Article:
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Winding up by Court


The company, creditors, contributories, liquidator, judicial manager, or the Minister may present an application to the court to wind up the company.

 
The Court may appoint a liquidator to wind up the affairs of the company. Where no liquidator is appointed by the Court, the Official Receiver shall be the liquidator of the company.

 
A company may be wound-up under an Order of the Court under certain circumstances:

a) The company has by special resolution resolved that the company be wound up by the Court;

b) Default is made in delivering the statutory report to the Registrar or in holding the statutory meeting;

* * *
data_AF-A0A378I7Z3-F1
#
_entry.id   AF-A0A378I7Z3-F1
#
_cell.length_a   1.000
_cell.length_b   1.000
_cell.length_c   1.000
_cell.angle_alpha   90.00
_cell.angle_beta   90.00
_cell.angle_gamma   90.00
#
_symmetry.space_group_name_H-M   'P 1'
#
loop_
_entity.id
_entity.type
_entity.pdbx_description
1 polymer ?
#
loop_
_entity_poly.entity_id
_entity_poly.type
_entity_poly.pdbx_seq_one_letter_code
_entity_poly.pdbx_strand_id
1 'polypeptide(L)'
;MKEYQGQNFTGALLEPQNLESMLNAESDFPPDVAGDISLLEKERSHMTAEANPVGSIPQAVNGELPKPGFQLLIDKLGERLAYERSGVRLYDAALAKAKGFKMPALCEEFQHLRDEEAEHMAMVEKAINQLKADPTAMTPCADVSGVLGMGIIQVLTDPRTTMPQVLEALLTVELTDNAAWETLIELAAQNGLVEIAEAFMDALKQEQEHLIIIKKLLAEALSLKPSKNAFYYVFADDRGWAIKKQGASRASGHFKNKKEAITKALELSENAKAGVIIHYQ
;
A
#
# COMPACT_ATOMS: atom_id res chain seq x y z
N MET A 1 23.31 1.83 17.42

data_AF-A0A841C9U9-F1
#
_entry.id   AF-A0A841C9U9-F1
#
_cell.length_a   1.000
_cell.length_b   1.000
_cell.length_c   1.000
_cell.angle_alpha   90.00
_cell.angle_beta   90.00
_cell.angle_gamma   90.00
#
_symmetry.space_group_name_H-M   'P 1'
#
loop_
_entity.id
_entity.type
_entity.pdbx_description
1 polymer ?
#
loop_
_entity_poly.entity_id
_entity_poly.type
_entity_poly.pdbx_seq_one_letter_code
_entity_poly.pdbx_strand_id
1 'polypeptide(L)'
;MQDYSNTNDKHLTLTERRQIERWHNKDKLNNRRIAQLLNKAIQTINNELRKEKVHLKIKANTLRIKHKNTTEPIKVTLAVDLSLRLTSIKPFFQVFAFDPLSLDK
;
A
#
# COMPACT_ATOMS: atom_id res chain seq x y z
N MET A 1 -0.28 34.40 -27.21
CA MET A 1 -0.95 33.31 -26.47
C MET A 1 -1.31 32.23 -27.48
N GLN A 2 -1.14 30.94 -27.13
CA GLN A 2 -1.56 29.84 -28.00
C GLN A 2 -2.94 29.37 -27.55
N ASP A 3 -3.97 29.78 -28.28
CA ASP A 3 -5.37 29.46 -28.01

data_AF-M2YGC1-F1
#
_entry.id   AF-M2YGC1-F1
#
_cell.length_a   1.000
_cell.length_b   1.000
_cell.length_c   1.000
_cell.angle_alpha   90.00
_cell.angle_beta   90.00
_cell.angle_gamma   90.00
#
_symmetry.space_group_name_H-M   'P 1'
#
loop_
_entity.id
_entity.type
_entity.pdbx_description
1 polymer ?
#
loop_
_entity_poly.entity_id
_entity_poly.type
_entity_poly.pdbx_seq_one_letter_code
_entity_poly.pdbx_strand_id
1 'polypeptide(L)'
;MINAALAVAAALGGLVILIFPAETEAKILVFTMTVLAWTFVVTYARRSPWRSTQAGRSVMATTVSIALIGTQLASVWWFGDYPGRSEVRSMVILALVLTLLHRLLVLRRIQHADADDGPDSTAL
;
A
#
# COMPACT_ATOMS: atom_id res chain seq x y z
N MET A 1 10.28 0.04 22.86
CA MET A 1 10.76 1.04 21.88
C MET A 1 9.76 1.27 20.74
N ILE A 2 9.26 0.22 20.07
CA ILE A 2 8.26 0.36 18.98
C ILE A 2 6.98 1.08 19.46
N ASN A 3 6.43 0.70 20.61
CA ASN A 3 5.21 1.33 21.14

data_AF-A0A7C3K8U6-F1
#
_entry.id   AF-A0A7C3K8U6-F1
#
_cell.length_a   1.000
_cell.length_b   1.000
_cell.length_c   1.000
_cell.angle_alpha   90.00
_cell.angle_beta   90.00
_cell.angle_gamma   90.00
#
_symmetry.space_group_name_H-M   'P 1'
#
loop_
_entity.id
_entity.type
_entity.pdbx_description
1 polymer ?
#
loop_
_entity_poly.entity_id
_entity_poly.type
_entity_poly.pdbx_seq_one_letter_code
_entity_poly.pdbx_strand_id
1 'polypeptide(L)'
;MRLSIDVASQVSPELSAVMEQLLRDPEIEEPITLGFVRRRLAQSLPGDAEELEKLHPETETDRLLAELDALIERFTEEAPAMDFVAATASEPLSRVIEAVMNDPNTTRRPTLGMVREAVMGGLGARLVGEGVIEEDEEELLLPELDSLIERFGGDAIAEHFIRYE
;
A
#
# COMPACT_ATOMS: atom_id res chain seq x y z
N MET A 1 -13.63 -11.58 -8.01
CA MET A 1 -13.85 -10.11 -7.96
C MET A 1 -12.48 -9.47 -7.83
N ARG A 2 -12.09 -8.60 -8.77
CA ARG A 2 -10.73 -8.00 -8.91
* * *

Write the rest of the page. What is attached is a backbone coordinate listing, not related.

c) The company does not commence its business within a year from its incorporation, or suspends its business for a whole year;

d) The number of members is reduced, in the case of a private company, below two, or, in the case of any other company, below seven;

e) The company is unable to pay its debts*; or

f) The Court is of opinion that it is just and equitable that the company should be wound up.


Effects of Winding Up by Court


  • ¬∑Any disposition of the property of company/transfer of shares/alteration of status of members after commencement of winding up is VOID.

  • When winding up order is made or provisional liquidator has been appointed, no action shall commence without the leave of the Court.